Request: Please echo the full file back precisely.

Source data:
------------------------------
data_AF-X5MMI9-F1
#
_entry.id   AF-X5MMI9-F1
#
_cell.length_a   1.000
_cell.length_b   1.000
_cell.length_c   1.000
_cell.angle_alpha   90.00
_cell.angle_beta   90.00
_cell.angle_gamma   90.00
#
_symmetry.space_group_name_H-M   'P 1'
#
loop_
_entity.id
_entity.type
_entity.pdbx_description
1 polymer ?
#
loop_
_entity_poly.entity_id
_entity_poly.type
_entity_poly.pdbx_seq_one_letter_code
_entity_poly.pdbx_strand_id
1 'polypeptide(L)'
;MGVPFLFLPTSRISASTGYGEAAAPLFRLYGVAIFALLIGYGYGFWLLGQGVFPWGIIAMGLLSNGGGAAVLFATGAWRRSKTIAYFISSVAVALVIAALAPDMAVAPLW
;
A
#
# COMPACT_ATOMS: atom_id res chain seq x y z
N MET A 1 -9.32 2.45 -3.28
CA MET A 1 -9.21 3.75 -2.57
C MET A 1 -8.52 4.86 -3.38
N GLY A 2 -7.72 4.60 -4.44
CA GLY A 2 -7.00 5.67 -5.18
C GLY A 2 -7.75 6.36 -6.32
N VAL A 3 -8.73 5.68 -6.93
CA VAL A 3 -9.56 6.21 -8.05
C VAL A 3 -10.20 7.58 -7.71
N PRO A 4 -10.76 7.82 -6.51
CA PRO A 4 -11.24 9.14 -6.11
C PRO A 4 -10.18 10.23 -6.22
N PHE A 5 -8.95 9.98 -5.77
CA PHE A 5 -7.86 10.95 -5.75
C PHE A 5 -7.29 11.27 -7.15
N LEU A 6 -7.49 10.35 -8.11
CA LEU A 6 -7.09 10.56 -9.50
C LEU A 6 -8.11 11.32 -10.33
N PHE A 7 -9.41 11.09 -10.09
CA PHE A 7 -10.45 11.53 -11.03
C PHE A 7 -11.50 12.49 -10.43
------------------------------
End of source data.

data_AF-X5MMI9-F1
#
_entry.id   AF-X5MMI9-F1
#
_cell.length_a   1.000
_cell.length_b   1.000
_cell.length_c   1.000
_cell.angle_alpha   90.00
_cell.angle_beta   90.00
_cell.angle_gamma   90.00
#
_symmetry.space_group_name_H-M   'P 1'
#
loop_
_entity.id
_entity.type
_entity.pdbx_description
1 polymer ?
#
loop_
_entity_poly.entity_id
_entity_poly.type
_entity_poly.pdbx_seq_one_letter_code
_entity_poly.pdbx_strand_id
1 'polypeptide(L)'
;MGVPFLFLPTSRISASTGYGEAAAPLFRLYGVAIFALLIGYGYGFWLLGQGVFPWGIIAMGLLSNGGGAAVLFATGAWRRSKTIAYFISSVAVALVIAALAPDMAVAPLW
;
A
#
# COMPACT_ATOMS: atom_id res chain seq x y z
N MET A 1 -9.32 2.45 -3.28
CA MET A 1 -9.21 3.75 -2.57
C MET A 1 -8.52 4.86 -3.38
N GLY A 2 -7.72 4.60 -4.44
CA GLY A 2 -7.00 5.67 -5.18
C GLY A 2 -7.75 6.36 -6.32
N VAL A 3 -8.73 5.68 -6.93
CA VAL A 3 -9.56 6.21 -8.05
C VAL A 3 -10.20 7.58 -7.71
N PRO A 4 -10.76 7.82 -6.51
CA PRO A 4 -11.24 9.14 -6.11
C PRO A 4 -10.18 10.23 -6.22
N PHE A 5 -8.95 9.98 -5.77
CA PHE A 5 -7.86 10.95 -5.75
C PHE A 5 -7.29 11.27 -7.15
N LEU A 6 -7.49 10.35 -8.11
CA LEU A 6 -7.09 10.56 -9.50
C LEU A 6 -8.11 11.32 -10.33
N PHE A 7 -9.41 11.09 -10.09
CA PHE A 7 -10.45 11.53 -11.03
C PHE A 7 -11.50 12.49 -10.43